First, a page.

As Ron pointed out, this is definitely a case of NIMBY. They all want the convenience, but none want to be inconvenienced. Just wait until someone in Forest Park needs emergency services and the emergency vehicles can't get through or are delayed.
It's not as if we all don't understand their reluctance and unhappiness with what's being proposed, but that "progress". Wonder how many folks that are against the road plan are proponents of more growth in Payson. One can't have it both ways. If the university ever becomes a reality, things are really going to change for Payson. Folks better get used to it. I don't know if you noticed the increase in traffic today on 87 due to the accident that closed N/bound I-17, but I think what we saw today will be the trend for the future.
Kim, Ron, I agree with both of you.
I also agree that it might be hard for people to give up the good things about a dead end street, but if you look at the map you'll see that the people who bought there had to have know that the wooded area at the end of their street would be developed someday. It was inevitable. No choice piece of property right in the middle of Payson was going to lie fallow forever. It would be different if they had bought on a road that ended in the national forest, but buying where they bought? A blind man would have known that the street was going to be put through someday.
Also, I wondered if perhaps they weren't already getting a lot of foot traffic from the high school. And I wondered if some people living over in that general area wouldn't actually prefer that Tonto Street go through as well. These two comments, made right under the article, show that to be a fact. They were both made yesterday:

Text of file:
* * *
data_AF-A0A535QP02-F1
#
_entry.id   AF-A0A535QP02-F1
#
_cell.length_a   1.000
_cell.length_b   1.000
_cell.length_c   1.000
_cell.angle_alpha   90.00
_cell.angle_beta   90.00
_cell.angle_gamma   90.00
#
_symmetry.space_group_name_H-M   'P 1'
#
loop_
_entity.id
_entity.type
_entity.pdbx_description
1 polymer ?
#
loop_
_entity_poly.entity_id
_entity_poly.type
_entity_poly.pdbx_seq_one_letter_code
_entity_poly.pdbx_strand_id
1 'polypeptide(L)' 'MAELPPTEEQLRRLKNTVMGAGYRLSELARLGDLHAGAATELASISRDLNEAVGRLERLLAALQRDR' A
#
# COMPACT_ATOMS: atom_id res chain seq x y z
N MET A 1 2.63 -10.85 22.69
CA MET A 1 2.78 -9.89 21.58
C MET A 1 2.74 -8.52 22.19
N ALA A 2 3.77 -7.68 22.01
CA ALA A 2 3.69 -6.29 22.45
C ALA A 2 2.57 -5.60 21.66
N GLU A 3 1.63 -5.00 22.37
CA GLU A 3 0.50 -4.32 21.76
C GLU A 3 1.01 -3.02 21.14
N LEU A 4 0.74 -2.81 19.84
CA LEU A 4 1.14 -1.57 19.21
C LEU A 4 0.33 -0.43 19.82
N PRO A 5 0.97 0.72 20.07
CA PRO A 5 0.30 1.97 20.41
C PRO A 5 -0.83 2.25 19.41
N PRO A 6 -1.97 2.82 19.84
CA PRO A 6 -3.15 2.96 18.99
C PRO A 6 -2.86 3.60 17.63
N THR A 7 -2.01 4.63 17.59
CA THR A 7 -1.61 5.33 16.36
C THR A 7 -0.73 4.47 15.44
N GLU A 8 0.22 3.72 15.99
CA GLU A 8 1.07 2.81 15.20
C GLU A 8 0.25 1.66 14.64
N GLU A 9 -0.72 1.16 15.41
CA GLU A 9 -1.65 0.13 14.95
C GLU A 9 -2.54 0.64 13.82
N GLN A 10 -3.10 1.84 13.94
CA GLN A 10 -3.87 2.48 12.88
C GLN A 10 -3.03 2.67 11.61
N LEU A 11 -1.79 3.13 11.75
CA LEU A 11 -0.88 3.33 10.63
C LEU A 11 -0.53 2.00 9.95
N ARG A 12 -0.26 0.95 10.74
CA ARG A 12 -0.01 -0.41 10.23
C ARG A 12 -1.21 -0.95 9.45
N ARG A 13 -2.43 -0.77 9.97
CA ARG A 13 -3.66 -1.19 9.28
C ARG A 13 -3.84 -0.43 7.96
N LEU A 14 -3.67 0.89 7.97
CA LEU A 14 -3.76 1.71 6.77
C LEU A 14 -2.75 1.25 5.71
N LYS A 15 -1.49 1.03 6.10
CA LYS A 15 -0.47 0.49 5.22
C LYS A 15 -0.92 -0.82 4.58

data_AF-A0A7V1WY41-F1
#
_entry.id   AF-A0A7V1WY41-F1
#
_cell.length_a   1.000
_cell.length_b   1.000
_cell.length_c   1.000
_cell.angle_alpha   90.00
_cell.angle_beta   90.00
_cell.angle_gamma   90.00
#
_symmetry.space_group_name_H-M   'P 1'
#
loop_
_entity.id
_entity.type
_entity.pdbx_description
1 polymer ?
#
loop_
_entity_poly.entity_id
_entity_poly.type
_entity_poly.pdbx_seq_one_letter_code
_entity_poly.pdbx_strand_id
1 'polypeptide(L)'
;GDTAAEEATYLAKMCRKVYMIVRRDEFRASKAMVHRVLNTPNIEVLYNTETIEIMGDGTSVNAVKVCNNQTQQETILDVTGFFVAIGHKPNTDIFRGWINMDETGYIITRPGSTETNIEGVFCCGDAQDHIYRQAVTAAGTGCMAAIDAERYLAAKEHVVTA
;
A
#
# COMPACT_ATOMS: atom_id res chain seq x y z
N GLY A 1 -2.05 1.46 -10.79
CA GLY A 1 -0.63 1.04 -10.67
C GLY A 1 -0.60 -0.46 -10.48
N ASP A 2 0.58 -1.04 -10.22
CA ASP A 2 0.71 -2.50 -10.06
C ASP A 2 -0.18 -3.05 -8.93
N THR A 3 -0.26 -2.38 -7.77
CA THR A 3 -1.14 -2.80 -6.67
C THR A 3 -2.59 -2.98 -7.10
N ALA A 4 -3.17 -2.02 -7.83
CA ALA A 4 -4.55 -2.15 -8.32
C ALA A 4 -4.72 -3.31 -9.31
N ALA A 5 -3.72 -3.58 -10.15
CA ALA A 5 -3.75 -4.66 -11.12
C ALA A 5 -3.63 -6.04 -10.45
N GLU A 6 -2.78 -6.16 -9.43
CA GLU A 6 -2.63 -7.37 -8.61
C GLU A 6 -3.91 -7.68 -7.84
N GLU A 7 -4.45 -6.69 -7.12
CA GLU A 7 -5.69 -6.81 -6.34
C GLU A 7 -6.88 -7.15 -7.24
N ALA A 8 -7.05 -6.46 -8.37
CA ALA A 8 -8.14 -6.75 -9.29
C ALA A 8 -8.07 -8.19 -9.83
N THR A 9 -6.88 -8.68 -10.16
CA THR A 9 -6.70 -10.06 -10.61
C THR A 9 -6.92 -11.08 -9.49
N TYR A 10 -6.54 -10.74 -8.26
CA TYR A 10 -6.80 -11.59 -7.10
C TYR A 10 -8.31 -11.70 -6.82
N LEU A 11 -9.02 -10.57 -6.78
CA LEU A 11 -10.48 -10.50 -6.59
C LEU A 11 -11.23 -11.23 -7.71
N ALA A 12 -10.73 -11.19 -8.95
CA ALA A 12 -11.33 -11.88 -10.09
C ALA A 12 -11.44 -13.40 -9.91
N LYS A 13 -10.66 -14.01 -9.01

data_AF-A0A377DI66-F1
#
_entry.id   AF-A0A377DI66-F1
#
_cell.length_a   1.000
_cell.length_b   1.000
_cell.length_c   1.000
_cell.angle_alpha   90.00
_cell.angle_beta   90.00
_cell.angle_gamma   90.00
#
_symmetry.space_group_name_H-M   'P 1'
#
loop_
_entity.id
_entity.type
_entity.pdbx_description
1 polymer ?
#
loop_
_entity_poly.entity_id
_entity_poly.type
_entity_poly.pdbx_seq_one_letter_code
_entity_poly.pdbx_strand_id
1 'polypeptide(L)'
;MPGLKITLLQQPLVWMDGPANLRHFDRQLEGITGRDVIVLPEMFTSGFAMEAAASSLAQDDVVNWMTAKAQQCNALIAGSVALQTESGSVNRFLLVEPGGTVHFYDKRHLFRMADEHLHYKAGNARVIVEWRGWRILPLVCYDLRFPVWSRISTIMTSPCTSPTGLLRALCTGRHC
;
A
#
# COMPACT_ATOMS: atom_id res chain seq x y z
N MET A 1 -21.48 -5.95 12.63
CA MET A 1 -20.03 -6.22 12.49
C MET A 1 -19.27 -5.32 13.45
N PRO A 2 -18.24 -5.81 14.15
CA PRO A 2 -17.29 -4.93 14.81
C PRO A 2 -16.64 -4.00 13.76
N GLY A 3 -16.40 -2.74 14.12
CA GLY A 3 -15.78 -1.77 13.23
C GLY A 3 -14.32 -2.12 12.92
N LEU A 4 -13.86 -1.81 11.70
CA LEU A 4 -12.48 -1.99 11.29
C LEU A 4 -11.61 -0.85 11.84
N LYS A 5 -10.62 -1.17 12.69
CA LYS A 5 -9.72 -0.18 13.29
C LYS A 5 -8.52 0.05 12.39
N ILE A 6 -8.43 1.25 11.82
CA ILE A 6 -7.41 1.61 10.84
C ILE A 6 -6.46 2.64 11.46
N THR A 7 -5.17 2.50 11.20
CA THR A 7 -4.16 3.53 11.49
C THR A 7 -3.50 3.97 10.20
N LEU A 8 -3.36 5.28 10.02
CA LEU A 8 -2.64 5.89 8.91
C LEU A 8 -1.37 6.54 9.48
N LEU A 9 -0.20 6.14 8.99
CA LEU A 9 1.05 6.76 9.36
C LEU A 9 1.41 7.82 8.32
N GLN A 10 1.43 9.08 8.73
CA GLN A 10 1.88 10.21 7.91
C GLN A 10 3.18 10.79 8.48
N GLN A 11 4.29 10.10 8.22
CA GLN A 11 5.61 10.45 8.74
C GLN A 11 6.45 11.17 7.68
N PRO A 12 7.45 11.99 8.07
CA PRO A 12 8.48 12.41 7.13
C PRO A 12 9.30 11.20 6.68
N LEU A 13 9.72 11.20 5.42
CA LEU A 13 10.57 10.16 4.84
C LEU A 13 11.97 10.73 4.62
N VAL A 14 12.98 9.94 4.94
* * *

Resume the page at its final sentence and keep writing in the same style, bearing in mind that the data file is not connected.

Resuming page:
"Tonto isn't a huge "industrial" area, what's there? 4 shops? Besides it has better visibility onto Longhorn without taking our kids lives in their hands trying to cross Longhorn which doesn't have a "school crossing" area. Two exits are more than enough for those willing to live behind Walmart. Let's face it they will be the biggest beneficiary of this complex."
"H. Wm. Rhea
"Meria, they may have to add a "school crossing" area there. And believe it or not, lots of kids cross there and walk up that street and then over through the trees to Walmart anyway. So what this will do is give them a better way to get where they're already going.
I say put Tonto street through as well. A few more exits out of Walmart can't hurt."
Interesting, isn't it?